Accessibility in games should seamlessly coexist with the user experience. Rather than throw dozens of options in a menu and call something accessible, disabled players should expect their game to be playable, and if necessary, use options to alleviate barriers that design cannot fix. As a reviewer it’s a question I’m always asking when I examine a new title – if I were to strip away most of these options, am I still able to play?
By talking about inclusive design, I don’t think it’s possible, nor expect the entire games industry to shift their mindset when discussing accessibility. After all, it was only until recently when studios actively utilized consultants to open their games to disabled audiences. Rather, I am hopeful that conversations begin examining all facets of accessibility, instead of how many settings are in a menu. While certain games like The Last of Us Part II, God of War Ragnarök, and even the Dead Space remake provided incredible options that opened these worlds to many disabled players, we primarily praised specific features or even how many options were included in the final product.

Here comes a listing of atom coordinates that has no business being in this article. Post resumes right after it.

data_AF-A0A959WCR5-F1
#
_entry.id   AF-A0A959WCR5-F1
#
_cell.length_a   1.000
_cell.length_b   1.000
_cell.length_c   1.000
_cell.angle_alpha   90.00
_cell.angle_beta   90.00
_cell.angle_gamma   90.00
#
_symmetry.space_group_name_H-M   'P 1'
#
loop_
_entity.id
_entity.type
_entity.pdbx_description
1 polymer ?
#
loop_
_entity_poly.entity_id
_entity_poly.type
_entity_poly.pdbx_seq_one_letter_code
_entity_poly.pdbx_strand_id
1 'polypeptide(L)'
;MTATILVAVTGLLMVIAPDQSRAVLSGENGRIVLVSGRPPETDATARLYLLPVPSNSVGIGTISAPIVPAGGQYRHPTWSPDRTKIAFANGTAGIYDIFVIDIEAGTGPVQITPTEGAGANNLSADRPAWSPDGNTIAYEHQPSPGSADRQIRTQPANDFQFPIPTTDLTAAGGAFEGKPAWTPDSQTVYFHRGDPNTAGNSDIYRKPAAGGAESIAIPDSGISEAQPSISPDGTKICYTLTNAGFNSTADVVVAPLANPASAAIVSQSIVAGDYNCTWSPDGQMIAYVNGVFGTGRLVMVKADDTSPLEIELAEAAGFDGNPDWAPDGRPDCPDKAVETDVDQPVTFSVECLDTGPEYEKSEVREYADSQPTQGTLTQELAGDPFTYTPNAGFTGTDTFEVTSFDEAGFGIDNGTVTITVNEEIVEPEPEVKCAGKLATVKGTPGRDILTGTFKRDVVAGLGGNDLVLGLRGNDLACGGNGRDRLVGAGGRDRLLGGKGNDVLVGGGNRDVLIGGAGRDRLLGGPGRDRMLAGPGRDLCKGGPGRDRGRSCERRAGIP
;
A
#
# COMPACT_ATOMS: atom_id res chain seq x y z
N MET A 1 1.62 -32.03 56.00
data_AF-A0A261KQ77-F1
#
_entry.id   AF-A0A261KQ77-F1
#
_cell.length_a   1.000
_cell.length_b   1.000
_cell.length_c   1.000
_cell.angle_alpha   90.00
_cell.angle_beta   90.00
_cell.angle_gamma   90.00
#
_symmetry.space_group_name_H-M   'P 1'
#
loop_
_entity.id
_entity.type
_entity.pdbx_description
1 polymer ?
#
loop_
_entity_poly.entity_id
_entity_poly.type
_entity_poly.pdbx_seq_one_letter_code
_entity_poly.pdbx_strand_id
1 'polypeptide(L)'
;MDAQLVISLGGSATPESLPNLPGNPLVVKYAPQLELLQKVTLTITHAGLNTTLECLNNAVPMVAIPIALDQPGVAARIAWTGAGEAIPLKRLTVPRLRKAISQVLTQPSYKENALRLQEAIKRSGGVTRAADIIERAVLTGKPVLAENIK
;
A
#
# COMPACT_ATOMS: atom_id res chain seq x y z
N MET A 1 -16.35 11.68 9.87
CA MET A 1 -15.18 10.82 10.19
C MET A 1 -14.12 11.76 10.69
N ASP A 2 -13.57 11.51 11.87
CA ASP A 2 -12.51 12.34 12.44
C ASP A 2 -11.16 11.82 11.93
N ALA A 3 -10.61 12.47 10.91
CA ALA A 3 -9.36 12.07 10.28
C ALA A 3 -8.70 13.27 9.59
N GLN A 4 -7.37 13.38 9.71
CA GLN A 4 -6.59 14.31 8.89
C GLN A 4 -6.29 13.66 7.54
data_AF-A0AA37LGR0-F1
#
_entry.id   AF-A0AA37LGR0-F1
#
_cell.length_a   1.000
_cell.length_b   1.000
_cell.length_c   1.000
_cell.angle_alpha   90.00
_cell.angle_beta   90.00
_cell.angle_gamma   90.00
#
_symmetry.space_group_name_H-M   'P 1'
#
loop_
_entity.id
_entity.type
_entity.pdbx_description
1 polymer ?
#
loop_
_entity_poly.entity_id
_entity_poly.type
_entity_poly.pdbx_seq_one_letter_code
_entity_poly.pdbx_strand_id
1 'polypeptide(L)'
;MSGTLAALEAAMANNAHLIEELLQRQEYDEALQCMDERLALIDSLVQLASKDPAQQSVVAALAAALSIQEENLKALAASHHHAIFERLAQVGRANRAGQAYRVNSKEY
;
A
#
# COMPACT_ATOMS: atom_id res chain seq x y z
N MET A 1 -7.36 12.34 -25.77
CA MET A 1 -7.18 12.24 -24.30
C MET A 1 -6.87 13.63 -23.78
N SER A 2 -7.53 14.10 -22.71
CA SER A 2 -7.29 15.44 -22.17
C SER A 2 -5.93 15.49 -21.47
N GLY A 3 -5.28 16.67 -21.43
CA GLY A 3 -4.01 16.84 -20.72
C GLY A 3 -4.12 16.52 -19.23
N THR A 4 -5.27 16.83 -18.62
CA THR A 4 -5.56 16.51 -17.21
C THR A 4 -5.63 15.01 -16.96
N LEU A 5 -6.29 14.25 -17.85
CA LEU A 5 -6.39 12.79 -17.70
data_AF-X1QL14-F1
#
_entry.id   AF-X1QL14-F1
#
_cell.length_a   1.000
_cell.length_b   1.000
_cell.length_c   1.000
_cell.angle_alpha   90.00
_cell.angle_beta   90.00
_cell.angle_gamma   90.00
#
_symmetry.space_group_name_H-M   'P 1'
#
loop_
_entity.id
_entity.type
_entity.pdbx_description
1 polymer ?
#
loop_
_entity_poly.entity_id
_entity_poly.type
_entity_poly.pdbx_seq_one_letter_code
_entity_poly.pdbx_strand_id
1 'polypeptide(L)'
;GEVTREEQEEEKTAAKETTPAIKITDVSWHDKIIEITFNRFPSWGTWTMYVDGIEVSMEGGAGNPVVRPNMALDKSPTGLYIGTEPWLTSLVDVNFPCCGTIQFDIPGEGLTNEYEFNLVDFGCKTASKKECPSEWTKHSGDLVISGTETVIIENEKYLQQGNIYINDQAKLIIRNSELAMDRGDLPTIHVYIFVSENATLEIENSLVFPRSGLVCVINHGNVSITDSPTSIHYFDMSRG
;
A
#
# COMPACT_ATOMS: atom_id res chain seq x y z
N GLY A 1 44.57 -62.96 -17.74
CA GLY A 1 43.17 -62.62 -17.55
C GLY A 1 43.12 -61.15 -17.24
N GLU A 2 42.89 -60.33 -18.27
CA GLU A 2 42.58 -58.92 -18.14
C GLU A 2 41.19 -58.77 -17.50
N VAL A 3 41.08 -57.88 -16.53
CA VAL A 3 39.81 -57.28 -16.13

Much like the varied and personalized nature of being disabled, games are entirely unique. And when releases don’t include the elaborate settings of competing titles, it’s easy to question the overall accessibility. But if we continue to proceed with this thought process, our understanding of accessibility cannot grow, and we will be forever disappointing ourselves when the latest game isn’t The Last of Us Part II.